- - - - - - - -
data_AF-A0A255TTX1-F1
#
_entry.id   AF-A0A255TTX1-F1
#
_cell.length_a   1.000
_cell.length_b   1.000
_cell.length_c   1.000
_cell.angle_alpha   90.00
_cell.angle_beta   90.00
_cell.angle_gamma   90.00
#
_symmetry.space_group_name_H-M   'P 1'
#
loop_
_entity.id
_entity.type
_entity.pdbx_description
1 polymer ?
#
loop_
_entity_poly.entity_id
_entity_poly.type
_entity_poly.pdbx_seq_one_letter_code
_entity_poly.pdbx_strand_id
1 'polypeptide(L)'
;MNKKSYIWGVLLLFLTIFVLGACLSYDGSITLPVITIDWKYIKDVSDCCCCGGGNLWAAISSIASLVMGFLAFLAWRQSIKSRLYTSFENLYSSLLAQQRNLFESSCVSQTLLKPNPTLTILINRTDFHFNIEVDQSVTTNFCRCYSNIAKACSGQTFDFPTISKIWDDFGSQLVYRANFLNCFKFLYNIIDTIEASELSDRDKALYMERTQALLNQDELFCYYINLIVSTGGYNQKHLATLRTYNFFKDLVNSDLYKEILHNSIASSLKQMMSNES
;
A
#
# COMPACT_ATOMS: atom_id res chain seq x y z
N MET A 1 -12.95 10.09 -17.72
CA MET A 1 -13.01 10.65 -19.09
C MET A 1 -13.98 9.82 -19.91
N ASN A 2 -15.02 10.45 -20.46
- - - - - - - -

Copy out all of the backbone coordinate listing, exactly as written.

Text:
data_AF-A0A255TTX1-F1
#
_entry.id   AF-A0A255TTX1-F1
#
_cell.length_a   1.000
_cell.length_b   1.000
_cell.length_c   1.000
_cell.angle_alpha   90.00
_cell.angle_beta   90.00
_cell.angle_gamma   90.00
#
_symmetry.space_group_name_H-M   'P 1'
#
loop_
_entity.id
_entity.type
_entity.pdbx_description
1 polymer ?
#
loop_
_entity_poly.entity_id
_entity_poly.type
_entity_poly.pdbx_seq_one_letter_code
_entity_poly.pdbx_strand_id
1 'polypeptide(L)'
;MNKKSYIWGVLLLFLTIFVLGACLSYDGSITLPVITIDWKYIKDVSDCCCCGGGNLWAAISSIASLVMGFLAFLAWRQSIKSRLYTSFENLYSSLLAQQRNLFESSCVSQTLLKPNPTLTILINRTDFHFNIEVDQSVTTNFCRCYSNIAKACSGQTFDFPTISKIWDDFGSQLVYRANFLNCFKFLYNIIDTIEASELSDRDKALYMERTQALLNQDELFCYYINLIVSTGGYNQKHLATLRTYNFFKDLVNSDLYKEILHNSIASSLKQMMSNES
;
A
#
# COMPACT_ATOMS: atom_id res chain seq x y z
N MET A 1 -12.95 10.09 -17.72
CA MET A 1 -13.01 10.65 -19.09
C MET A 1 -13.98 9.82 -19.91
N ASN A 2 -15.02 10.45 -20.46